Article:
The Potential Impact Of Proposed Sec. 2704 On FLPs & Family Transfers

August 14, 2016

Robert Katz, CFP®Seth Corkin, CFP®

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What is a Family Limited Partnership (FLP)?

An FLP is a limited partnership created under state law with the primary purpose of transferring wealth to younger generations/heirs during one’s life while retaining control of the assets and ensuring wealth transfers to the intended individuals and charities. The FLP takes advantage of gifting strategies and potentially steep valuation discounts on limited partner interests for lack of control and lack of marketability.

How does an FLP work?

One or more family members transfer highly appreciating property to a limited partnership in return for 1% general partner (GP) interest and a 99% limited partner (LP) interest. The GP has the sole management rights of the partnership while LPs are passive investors with no control over the management of the partnership.

  • No income or gift tax consequences are incurred upon the creation of the partnership because the entity is owned by the same person who owned the property before the transfer.
  • Once the FLP is created, the owner of the GP and LP interests (the transferor) values the LP interests.
  • Typically, there are transferability restrictions on the limited partnership interests AND limited partners have very little control over the management of the partnership – therefore, limited partnership interests can be valued with a substantial discount.
  • The transferor (and GP) begins an annual gifting program using the valuation discounts, annual gift tax exclusions, gift splitting (if applicable), lifetime exemptions, or a loan and forgiveness program to transfer LP interests to the family’s younger generation.

Why are FLPs beneficial?

FLPs have several unique features that make them extremely powerful from a financial planning perspective:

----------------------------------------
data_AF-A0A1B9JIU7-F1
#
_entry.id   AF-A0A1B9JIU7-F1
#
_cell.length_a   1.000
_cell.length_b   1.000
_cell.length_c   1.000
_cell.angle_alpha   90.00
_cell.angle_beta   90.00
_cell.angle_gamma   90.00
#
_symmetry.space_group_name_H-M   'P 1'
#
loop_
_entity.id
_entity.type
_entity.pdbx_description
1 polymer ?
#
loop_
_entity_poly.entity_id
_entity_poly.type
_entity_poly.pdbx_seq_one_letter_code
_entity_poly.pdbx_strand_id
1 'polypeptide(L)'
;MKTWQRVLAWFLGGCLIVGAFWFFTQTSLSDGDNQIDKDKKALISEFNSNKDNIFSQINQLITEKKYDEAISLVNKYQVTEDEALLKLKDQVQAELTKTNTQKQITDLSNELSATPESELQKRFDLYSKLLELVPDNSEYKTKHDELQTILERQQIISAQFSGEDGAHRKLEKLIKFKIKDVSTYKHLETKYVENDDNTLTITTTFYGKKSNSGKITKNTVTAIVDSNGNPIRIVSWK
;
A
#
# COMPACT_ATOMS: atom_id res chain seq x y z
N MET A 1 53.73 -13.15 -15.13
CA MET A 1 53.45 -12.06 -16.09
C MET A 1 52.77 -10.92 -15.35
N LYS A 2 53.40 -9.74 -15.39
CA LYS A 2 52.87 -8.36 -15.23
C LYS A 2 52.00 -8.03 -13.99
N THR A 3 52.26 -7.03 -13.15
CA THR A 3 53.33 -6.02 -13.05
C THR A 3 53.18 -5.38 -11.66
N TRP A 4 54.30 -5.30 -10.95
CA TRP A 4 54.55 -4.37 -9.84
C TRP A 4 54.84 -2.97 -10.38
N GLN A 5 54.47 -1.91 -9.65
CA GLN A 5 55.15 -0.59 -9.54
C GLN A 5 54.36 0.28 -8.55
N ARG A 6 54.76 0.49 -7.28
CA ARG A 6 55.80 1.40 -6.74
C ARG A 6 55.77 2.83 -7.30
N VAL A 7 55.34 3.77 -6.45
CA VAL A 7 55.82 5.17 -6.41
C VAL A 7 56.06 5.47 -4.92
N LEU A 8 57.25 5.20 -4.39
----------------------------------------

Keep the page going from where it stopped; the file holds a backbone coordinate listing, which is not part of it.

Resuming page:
• Asset control – the original transferor can maintain control of the property in the limited partnership by retaining a very small GP interest.
  • Asset protection – the structure may help protect family assets from various creditors.
  • Shifting of income – a limited partnership is a flow-through entity for income tax purposes and LPs may be subject to a lower tax bracket than the transferor.
  • Valuation discounts:
    • Minority(control)discounts –stems from the inability to control the business. Recent studies have revealed that the average discount is ~30% and can be higher depending on the circumstances.
    • Marketability discount – appropriate for lack of an existing market since interests are not traded on a public exchange and it may be difficult to find a ready buyer in a timely manner. Typical discount ranges from 10-35% (cases have been reported where the discount was as high as 90%).

What’s changing?

The Treasury department has issued newly Proposed Regulations under IRC Section 2704 that would severely limit these beneficial valuation discounts for any type of family business transfer where the family will retain control before and after the gift/bequest.

What now?!

The IRS public hearing on these regulations will be on December 1st, 2016 and, if approved, there will be a review period before the final issuance. Various industry experts speculate that the proposed regulations could become final as soon as year-end 2016, although the process could be delayed to mid-2017 or later. Therefore, limited time may remain to take advantage of this wealth transfer strategy and the related valuation discounts before the new rule comes into play.

We would be happy to talk with you and your estate planning attorney about the potential impact of the proposed regulations on your situation and the planning issues they may present. Please contact Robert and/or Seth in our Wealth Strategies group (617-536-0333) if we can be of any assistance.

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